The transparent glass wall that divides the lobby of my gym from the workout areas is used as an announcement board. Information about upcoming special events is handwritten directly on the glass with erasable markers. I usually ignore the messages, but last week one caught my eye. It announced a pickleball tournament for the second week of April.

I have never played pickleball, nor am I interested in learning the game. I think I only noticed the announcement because two weeks ago I’d written a blog about pickles.

Somewhere I’d read that the inventor of pickleball named the game after his dog Pickles. Whatever the derivation, it not a good name: not because the game has no pickles and not because I have anything against naming stuff after pets, but because the name’s already been taken. As a kid, my friends and I played a different game called pickle. I’m sure kids still play it. It is just one of things kids do during baseball season when they can’t round up enough kids for a full game. 

Pickle is when two kids each stand on a base and play catch with each other. A third kid stands between the other two and tries to steal bases back and forth by timing his or her break with the throws of the other two kids. The runner steals as many bases as possible before getting tagged out. When he or she is tagged out, the kid making the tag becomes the next runner. (In professional baseball games, runners sometimes get caught in a rundown. Pickle is making a game of getting caught in a rundown.)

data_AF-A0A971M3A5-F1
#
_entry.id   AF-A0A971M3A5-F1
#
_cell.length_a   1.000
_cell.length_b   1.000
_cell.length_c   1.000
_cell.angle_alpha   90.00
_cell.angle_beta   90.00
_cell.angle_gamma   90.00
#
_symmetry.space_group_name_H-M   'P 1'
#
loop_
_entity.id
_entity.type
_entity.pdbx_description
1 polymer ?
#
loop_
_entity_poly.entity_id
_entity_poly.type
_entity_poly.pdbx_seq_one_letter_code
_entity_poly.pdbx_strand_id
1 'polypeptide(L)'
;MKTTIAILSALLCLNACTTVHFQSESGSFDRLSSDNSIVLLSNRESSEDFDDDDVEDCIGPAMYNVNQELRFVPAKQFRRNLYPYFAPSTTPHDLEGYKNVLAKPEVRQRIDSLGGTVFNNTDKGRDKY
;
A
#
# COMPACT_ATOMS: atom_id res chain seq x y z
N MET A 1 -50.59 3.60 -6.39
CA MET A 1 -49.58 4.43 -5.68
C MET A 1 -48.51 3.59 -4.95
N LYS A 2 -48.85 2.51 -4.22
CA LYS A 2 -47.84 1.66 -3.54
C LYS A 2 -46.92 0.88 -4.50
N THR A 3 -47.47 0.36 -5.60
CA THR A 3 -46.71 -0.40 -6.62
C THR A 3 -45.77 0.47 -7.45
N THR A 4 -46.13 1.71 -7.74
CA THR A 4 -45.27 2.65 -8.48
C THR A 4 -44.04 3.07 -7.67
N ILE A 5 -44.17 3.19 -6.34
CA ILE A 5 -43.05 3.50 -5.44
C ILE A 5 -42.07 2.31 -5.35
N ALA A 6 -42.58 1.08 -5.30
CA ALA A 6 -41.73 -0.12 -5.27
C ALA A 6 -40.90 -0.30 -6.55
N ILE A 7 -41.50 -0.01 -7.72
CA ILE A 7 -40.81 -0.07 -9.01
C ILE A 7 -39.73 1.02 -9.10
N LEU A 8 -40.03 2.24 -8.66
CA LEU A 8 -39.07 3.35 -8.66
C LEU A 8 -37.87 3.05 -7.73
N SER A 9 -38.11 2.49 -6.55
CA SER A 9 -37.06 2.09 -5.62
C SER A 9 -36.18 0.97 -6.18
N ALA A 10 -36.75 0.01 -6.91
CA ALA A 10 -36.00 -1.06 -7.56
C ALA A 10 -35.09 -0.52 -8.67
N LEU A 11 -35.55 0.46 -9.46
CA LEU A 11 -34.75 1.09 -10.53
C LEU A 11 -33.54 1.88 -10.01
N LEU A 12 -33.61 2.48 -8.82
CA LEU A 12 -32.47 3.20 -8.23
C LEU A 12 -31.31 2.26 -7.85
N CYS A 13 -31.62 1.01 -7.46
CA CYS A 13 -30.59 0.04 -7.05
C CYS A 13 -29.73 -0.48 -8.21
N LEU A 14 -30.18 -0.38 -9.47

When I was a kid, the alternative to playing pickle when we couldn’t find enough kids for a neighborhood game was to jump on our bikes and ride to Pickle Park. For the eastside of Green Bay, Pickle Park was one of agreed upon places to go if a kid wanted to get in on a pickup game. Pickle Park wasn’t the park’s real name. It was just what the kids called it.* There was a pickle factory just beyond the right field fence, and the place always reeked of dill. Years after my own playing days were over, the city temporarily closed Pickle Park because it was discovered that the soil beneath the ball field was saturated with brine. I hope the problem with briny soil is that it kills the grass, not that breathing the fumes is a health hazard. If the problem is the fumes, then I’ll add baseball at Pickle Park to the list of dangerous things my friends and I unknowingly did as kids (e.g., chasing the mosquito truck on our bikes and playing with mercury). 

* When I was kid, I probably knew the park’s real name, but I’d long forgotten it. For this blog, I googled “Pickle Park Green Bay. ” Pickle Park’s real name is Farlin Park. 

Steven Simpson